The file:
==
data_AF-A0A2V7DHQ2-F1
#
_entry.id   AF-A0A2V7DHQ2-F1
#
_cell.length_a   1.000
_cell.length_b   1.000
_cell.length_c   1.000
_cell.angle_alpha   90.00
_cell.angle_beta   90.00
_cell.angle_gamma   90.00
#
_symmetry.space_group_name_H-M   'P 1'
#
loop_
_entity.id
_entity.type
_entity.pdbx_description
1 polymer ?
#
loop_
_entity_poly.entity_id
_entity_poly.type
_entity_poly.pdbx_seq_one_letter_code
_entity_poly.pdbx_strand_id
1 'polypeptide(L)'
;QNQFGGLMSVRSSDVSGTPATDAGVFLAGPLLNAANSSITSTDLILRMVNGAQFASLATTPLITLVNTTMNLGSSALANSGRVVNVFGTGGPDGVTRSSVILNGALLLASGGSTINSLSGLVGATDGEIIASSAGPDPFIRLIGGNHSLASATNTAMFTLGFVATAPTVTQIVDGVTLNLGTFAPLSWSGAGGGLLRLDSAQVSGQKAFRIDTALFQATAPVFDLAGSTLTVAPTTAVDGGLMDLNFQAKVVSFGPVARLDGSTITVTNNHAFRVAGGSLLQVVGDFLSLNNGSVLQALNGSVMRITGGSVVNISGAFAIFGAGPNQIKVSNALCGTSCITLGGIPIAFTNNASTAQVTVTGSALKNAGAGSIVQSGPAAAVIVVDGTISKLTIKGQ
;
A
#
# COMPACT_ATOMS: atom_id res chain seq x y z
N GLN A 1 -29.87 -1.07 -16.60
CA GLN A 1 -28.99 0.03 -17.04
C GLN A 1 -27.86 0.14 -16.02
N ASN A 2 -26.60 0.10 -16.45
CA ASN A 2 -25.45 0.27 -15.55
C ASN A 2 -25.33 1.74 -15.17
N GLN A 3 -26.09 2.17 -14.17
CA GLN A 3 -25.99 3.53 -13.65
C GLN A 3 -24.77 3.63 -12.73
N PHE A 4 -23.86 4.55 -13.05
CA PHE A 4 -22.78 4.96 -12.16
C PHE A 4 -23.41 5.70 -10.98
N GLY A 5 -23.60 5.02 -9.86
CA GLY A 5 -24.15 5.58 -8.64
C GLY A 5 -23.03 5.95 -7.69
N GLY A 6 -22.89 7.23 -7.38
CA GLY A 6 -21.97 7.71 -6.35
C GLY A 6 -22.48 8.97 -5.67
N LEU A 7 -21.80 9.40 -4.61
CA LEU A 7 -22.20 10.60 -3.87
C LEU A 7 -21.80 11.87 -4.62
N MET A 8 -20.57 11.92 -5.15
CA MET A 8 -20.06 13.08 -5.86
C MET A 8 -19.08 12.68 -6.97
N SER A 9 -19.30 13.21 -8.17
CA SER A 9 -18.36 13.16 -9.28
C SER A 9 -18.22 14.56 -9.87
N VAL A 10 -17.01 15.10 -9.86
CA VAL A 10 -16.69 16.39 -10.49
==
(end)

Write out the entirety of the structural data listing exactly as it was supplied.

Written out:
data_AF-A0A2V7DHQ2-F1
#
_entry.id   AF-A0A2V7DHQ2-F1
#
_cell.length_a   1.000
_cell.length_b   1.000
_cell.length_c   1.000
_cell.angle_alpha   90.00
_cell.angle_beta   90.00
_cell.angle_gamma   90.00
#
_symmetry.space_group_name_H-M   'P 1'
#
loop_
_entity.id
_entity.type
_entity.pdbx_description
1 polymer ?
#
loop_
_entity_poly.entity_id
_entity_poly.type
_entity_poly.pdbx_seq_one_letter_code
_entity_poly.pdbx_strand_id
1 'polypeptide(L)'
;QNQFGGLMSVRSSDVSGTPATDAGVFLAGPLLNAANSSITSTDLILRMVNGAQFASLATTPLITLVNTTMNLGSSALANSGRVVNVFGTGGPDGVTRSSVILNGALLLASGGSTINSLSGLVGATDGEIIASSAGPDPFIRLIGGNHSLASATNTAMFTLGFVATAPTVTQIVDGVTLNLGTFAPLSWSGAGGGLLRLDSAQVSGQKAFRIDTALFQATAPVFDLAGSTLTVAPTTAVDGGLMDLNFQAKVVSFGPVARLDGSTITVTNNHAFRVAGGSLLQVVGDFLSLNNGSVLQALNGSVMRITGGSVVNISGAFAIFGAGPNQIKVSNALCGTSCITLGGIPIAFTNNASTAQVTVTGSALKNAGAGSIVQSGPAAAVIVVDGTISKLTIKGQ
;
A
#
# COMPACT_ATOMS: atom_id res chain seq x y z
N GLN A 1 -29.87 -1.07 -16.60
CA GLN A 1 -28.99 0.03 -17.04
C GLN A 1 -27.86 0.14 -16.02
N ASN A 2 -26.60 0.10 -16.45
CA ASN A 2 -25.45 0.27 -15.55
C ASN A 2 -25.33 1.74 -15.17
N GLN A 3 -26.09 2.17 -14.17
CA GLN A 3 -25.99 3.53 -13.65
C GLN A 3 -24.77 3.63 -12.73
N PHE A 4 -23.86 4.55 -13.05
CA PHE A 4 -22.78 4.96 -12.16
C PHE A 4 -23.41 5.70 -10.98
N GLY A 5 -23.60 5.02 -9.86
CA GLY A 5 -24.15 5.58 -8.64
C GLY A 5 -23.03 5.95 -7.69
N GLY A 6 -22.89 7.23 -7.38
CA GLY A 6 -21.97 7.71 -6.35
C GLY A 6 -22.48 8.97 -5.67
N LEU A 7 -21.80 9.40 -4.61
CA LEU A 7 -22.20 10.60 -3.87
C LEU A 7 -21.80 11.87 -4.62
N MET A 8 -20.57 11.92 -5.15
CA MET A 8 -20.06 13.08 -5.86
C MET A 8 -19.08 12.68 -6.97
N SER A 9 -19.30 13.21 -8.17
CA SER A 9 -18.36 13.16 -9.28
C SER A 9 -18.22 14.56 -9.87
N VAL A 10 -17.01 15.10 -9.86
CA VAL A 10 -16.69 16.39 -10.49